In Silico Prediction of Physicochemical Properties of Environmental Chemicals Using Molecular Fingerprints and Machine Learning

Qingda Zang, Kamel Mansouri, Antony John Williams, Richard S. Judson, David G. Allen, Warren M. Casey, Nicole C. Kleinstreuer
  • Journal of Chemical Information and Computer Sciences, December 2016, American Chemical Society (ACS)
  • DOI: 10.1021/acs.jcim.6b00625

Machine Learning Approaches to Predict PhysChem Properties of Environmental Chemicals

What is it about?

Physicochemical properties are needed to model environmental fate and transport, as well as exposure potential. The purpose of the present study was to generate an open-source Quantitative Structure-Property Relationship (QSPR) workflow to predict a variety of physicochemical properties that would have cross-platform compatibility to integrate into existing cheminformatics workflows. In this effort, decades-old experimental property data sets available within EPA were reanalyzed using modern cheminformatics workflows to build updated QSPR models capable of supplying computationally efficient, open, and transparent HTS property predictions in support of environmental modeling efforts. Models were built for the prediction of six physicochemical properties: octanol-water partition coefficient (log P), water solubility (log S), boiling point (BP), melting point (MP), vapor pressure (log VP) and bioconcentration factor (log BCF). The newly derived models can be employed for rapid estimation of physicochemical properties within an open-source HTS workflow to inform fate and toxicity prediction models of environmental chemicals.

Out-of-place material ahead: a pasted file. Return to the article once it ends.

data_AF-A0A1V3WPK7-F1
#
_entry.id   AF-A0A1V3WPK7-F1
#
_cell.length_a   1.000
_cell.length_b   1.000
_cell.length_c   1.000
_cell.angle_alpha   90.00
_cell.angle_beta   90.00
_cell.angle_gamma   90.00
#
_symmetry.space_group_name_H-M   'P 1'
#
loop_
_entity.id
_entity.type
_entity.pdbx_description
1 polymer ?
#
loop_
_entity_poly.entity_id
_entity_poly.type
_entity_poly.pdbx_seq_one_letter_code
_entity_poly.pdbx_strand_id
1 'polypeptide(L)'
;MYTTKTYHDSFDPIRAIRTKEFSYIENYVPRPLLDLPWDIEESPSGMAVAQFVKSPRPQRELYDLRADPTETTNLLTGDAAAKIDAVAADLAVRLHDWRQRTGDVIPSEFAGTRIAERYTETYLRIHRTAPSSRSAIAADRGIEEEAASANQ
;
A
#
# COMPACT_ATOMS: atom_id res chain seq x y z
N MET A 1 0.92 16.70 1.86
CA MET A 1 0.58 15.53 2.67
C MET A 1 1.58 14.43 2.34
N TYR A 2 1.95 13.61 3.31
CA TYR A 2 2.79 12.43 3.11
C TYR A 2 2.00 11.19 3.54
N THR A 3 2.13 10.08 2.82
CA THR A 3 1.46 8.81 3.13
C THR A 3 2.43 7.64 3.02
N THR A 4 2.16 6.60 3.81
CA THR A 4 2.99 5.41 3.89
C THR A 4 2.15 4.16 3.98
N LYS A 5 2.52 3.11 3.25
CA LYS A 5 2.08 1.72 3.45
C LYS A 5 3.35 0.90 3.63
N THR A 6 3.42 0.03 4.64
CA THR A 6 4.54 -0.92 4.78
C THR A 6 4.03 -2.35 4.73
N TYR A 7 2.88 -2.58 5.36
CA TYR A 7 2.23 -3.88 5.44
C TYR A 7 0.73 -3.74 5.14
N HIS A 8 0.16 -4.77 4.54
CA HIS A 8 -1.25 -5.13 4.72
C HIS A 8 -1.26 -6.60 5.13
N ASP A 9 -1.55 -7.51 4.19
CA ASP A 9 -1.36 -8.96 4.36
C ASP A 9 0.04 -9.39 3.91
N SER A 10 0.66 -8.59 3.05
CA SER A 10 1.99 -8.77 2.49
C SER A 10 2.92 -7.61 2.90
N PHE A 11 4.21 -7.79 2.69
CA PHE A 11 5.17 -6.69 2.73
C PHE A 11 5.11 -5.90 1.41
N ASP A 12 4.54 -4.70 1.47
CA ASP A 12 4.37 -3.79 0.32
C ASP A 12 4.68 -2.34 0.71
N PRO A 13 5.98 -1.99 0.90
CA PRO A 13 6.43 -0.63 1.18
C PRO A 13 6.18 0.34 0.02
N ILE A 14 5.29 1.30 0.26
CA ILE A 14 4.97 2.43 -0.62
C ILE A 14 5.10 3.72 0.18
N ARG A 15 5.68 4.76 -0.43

Why is it important?

This paper is an example of using modern machine learning methods for the purpose of modeling a series of PhysChem properties.


Dr Antony John Williams (Author)
United States Environmental Protection Agency

In an earlier publication we curated a number of physicochemical property datasets and made them available as Open Data. This allowed other scientists to use the data for their own approaches in terms of modeling the data. This publication is an alternative modeling approach to that taken in our own team and shows the benefit of making data openly in formats that are easy to consume.

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The following have contributed to this page: Dr Antony John Williams, Dr Nicole Kleinstreuer, and Dr kamel mansouri